Book Review: Ten Innings at Wrigley
We never know what will happen any given day at a baseball game. A game that appears on the schedule to be just a typical, relatively inconsequential game could turn into one for the ages.
May 17, 1979 appeared to be one of those inconsequential days on the schedule. In front of just 14,952 fans at Wrigley Field, the first place Philadelphia Phillies were about to take on the hapless Chicago Cubs. Yet with the infamous wind blowing out, the teams combined for 13 runs in the first inning: It was Phillies 7, Cubs 6 after one. “The craziest game ever,” one player called it. “And then the second inning started.”
The game was so memorable that, in conjunction with the 40th anniversary of the game, Kevin Cook has released his book chronicling the game: Ten Innings at Wrigley: The Wildest Ballgame Ever, with Baseball on the Brink.
I was a little skeptical about this book at first, as writing an entire book about one game, no matter how entertaining that game was, is a challenge. And I’ll admit that I did get bogged down at times with the descriptions of virtually every play of the game. Still, I found this to be an entertaining and easy read.
After that wild first inning in which both starting pitchers only recorded one out, the Phillies went on to score eight runs in the third inning and at one point led the game 21-9. The Cubs would come back to tie the game at 22, but in the 10th inning the Phillies took the lead for good and won, 23-22.
Interspersed with details of the game are little nuggets about some of the players involved. Phillies players that day included slugging third baseman Mike Schmidt, who tormented Cubs fans for years (though he’d “only” hit two home runs on this day while making two errors); Pete Rose towards the end of his career; Larry Bowa, who would have five hits; and Bob Boone, who would drive in five runs.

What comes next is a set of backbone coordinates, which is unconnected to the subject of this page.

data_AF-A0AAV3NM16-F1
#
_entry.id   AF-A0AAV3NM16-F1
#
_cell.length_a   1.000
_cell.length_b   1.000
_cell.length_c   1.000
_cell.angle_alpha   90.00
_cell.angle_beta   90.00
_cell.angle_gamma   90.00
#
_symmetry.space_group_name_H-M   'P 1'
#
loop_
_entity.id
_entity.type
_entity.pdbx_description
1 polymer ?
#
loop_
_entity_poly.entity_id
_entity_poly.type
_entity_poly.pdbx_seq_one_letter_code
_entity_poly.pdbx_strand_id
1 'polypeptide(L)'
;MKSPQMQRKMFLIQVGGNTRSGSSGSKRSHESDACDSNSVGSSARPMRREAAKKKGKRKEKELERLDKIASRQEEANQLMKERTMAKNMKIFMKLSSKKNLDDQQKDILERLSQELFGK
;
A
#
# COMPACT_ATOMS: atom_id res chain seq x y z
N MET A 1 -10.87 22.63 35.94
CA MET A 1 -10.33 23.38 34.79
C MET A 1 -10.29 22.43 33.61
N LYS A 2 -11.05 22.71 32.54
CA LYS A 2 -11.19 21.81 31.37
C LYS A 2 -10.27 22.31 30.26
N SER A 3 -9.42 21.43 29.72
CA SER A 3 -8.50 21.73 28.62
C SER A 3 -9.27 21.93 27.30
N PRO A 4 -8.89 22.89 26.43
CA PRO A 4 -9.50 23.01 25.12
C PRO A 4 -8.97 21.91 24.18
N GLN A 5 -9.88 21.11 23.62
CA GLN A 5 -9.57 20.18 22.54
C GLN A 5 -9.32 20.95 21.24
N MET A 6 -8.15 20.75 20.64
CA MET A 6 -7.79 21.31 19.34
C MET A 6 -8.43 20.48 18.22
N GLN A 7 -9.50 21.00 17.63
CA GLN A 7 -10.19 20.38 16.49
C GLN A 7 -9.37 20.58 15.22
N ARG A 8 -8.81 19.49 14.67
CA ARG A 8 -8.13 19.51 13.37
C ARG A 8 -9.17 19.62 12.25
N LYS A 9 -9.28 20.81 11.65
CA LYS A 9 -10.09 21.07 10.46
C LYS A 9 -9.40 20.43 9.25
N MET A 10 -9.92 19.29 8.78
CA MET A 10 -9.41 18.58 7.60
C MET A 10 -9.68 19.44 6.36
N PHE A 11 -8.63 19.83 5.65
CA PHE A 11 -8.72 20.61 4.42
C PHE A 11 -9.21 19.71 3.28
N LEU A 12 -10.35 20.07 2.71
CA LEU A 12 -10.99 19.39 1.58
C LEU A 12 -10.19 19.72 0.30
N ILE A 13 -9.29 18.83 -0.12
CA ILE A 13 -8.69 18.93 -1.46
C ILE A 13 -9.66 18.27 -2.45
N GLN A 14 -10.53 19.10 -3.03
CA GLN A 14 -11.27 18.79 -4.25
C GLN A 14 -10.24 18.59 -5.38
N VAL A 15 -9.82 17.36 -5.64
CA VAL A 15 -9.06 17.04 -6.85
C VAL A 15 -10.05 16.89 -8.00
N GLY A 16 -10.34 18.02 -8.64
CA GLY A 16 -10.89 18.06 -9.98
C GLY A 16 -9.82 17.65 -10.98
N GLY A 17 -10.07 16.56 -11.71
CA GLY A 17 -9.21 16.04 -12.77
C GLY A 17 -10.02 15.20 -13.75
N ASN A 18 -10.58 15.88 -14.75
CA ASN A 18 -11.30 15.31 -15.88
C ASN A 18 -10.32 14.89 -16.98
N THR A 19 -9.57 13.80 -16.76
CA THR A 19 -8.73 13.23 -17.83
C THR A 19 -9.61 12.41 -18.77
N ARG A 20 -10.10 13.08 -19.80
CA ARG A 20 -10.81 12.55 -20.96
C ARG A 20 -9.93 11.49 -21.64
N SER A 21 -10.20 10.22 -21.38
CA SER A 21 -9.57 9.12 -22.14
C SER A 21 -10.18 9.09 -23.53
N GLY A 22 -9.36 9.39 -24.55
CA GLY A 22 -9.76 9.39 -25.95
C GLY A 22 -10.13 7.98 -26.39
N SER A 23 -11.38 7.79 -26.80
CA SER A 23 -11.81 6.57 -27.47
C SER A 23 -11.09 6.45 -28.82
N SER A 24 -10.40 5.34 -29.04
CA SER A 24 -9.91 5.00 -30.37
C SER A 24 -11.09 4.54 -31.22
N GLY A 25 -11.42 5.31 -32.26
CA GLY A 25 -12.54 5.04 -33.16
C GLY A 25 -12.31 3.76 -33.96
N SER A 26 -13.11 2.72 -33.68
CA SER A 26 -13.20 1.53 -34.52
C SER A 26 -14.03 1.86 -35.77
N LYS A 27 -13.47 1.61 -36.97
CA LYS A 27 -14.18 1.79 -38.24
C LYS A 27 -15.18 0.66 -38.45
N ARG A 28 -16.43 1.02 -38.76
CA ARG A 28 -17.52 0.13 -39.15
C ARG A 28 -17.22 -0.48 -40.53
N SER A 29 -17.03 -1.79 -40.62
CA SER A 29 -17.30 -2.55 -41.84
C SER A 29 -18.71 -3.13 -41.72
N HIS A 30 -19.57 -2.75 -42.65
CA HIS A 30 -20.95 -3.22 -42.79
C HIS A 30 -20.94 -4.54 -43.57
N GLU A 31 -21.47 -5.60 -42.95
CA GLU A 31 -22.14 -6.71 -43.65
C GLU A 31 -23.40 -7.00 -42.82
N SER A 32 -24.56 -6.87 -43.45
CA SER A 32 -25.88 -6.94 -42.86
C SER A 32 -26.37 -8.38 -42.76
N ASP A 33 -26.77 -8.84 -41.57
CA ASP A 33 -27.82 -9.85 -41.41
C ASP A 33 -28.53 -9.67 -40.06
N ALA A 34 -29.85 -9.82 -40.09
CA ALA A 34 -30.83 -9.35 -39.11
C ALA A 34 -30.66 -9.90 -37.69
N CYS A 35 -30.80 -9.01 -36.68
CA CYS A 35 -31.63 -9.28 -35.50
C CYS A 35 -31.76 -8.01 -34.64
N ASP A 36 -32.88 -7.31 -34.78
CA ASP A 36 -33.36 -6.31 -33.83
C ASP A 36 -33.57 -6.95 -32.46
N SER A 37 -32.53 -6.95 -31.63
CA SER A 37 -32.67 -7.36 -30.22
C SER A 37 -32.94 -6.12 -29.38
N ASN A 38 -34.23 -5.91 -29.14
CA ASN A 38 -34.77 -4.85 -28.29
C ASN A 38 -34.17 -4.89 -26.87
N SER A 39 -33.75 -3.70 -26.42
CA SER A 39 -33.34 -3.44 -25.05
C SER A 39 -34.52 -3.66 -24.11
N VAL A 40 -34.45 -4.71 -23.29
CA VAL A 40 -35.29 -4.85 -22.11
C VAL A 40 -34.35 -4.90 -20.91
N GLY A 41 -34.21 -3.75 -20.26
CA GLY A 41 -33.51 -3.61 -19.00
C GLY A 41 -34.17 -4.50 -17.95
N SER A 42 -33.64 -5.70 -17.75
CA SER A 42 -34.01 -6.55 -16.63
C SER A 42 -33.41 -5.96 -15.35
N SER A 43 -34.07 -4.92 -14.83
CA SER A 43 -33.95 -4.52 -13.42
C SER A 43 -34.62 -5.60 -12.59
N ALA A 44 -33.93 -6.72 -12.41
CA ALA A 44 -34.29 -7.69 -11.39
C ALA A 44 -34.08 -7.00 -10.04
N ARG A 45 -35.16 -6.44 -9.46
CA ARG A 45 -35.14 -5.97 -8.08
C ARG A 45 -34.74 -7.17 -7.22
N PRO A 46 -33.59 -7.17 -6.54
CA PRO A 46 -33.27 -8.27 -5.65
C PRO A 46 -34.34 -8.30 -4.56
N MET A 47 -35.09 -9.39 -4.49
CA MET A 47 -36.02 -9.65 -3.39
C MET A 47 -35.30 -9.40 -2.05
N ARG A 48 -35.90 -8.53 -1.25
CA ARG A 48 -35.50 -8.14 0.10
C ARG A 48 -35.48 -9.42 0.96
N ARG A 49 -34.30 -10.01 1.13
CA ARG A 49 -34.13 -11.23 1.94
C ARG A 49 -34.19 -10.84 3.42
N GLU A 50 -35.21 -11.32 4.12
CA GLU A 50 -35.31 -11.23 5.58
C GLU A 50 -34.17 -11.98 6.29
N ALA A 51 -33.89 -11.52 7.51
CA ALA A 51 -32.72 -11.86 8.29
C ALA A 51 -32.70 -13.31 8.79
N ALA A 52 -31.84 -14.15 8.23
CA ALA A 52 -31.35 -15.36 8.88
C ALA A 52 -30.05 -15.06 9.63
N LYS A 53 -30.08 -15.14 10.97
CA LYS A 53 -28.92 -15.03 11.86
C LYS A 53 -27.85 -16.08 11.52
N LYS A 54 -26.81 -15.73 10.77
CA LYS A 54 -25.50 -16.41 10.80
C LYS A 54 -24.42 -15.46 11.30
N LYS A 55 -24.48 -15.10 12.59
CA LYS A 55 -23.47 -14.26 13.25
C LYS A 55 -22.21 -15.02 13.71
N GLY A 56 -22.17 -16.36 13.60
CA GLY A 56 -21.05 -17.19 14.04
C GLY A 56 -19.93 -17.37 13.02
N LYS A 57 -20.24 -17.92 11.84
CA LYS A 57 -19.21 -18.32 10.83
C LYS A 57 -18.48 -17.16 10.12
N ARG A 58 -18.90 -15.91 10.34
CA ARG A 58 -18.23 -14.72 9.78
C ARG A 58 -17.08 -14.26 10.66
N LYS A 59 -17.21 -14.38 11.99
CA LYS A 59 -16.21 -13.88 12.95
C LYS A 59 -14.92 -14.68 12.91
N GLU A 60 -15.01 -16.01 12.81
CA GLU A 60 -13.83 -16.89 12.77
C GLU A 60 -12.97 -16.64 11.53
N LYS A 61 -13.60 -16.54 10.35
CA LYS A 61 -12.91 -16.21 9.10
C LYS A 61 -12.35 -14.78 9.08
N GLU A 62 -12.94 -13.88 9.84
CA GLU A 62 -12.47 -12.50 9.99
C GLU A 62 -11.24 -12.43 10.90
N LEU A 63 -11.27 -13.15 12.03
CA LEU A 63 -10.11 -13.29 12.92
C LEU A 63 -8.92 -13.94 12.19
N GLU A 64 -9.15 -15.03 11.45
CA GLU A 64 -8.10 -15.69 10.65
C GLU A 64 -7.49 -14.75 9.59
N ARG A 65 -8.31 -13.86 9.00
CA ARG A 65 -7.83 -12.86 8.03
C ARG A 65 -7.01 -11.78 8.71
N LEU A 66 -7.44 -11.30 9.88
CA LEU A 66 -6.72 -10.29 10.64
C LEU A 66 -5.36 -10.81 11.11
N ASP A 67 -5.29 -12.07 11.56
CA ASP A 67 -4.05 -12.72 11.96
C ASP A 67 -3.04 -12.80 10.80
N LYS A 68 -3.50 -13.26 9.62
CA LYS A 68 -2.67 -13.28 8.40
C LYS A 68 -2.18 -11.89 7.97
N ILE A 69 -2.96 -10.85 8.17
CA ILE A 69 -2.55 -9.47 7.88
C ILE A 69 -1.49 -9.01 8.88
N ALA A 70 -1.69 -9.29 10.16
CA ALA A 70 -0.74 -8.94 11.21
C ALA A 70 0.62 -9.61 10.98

The two big Cubs stars that day were Dave Kingman, the big slugger the fans adored, and the late Bill Buckner, whose stellar major league career was overshadowed by his error in the 1986 World Series for the Red Sox. Cook describes how the two did not like each other, though on this day they combined for 13 RBIs.
After the description of the game, Cook takes some time to describe what would later happen to several of the key players, including Boone, Kingman, and troubled Cubs pitcher Donnie Moore, who would give up seven runs in two innings that day. Moore later blew a ninth inning lead for the Angels as they were one out away from a World Series appearance, and he would later take his own life in an attempted murder-suicide involving his wife.
This game took place six years before I was born, and while I knew vaguely about it, I learned a lot of detail from this book. I also learned a lot about the state of Major League Baseball in the late 1970s. Whether you are old enough to remember this crazy game and want to relive it, or you’re learning about it for the first time, I would recommend this book to baseball fans everywhere.